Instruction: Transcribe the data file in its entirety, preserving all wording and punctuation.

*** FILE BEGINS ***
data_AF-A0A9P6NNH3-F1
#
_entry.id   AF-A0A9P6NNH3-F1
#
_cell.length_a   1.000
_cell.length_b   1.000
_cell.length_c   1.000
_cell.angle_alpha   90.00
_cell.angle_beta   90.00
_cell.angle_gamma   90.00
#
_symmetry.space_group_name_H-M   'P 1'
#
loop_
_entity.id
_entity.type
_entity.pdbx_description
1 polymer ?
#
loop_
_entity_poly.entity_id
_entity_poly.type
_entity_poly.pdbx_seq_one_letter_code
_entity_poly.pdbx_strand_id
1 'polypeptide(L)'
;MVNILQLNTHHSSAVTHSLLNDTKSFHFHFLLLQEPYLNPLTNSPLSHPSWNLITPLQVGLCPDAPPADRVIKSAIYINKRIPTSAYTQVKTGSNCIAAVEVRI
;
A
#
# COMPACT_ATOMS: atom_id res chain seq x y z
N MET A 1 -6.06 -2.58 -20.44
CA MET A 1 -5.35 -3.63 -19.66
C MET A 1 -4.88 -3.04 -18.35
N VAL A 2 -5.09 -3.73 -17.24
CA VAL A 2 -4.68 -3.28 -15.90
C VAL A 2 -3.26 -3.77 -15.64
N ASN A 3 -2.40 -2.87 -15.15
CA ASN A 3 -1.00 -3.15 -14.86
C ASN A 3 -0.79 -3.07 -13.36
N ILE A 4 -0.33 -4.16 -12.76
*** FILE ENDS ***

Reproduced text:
data_AF-A0A9P6NNH3-F1
#
_entry.id   AF-A0A9P6NNH3-F1
#
_cell.length_a   1.000
_cell.length_b   1.000
_cell.length_c   1.000
_cell.angle_alpha   90.00
_cell.angle_beta   90.00
_cell.angle_gamma   90.00
#
_symmetry.space_group_name_H-M   'P 1'
#
loop_
_entity.id
_entity.type
_entity.pdbx_description
1 polymer ?
#
loop_
_entity_poly.entity_id
_entity_poly.type
_entity_poly.pdbx_seq_one_letter_code
_entity_poly.pdbx_strand_id
1 'polypeptide(L)'
;MVNILQLNTHHSSAVTHSLLNDTKSFHFHFLLLQEPYLNPLTNSPLSHPSWNLITPLQVGLCPDAPPADRVIKSAIYINKRIPTSAYTQVKTGSNCIAAVEVRI
;
A
#
# COMPACT_ATOMS: atom_id res chain seq x y z
N MET A 1 -6.06 -2.58 -20.44
CA MET A 1 -5.35 -3.63 -19.66
C MET A 1 -4.88 -3.04 -18.35
N VAL A 2 -5.09 -3.73 -17.24
CA VAL A 2 -4.68 -3.28 -15.90
C VAL A 2 -3.26 -3.77 -15.64
N ASN A 3 -2.40 -2.87 -15.15
CA ASN A 3 -1.00 -3.15 -14.86
C ASN A 3 -0.79 -3.07 -13.36
N ILE A 4 -0.33 -4.16 -12.76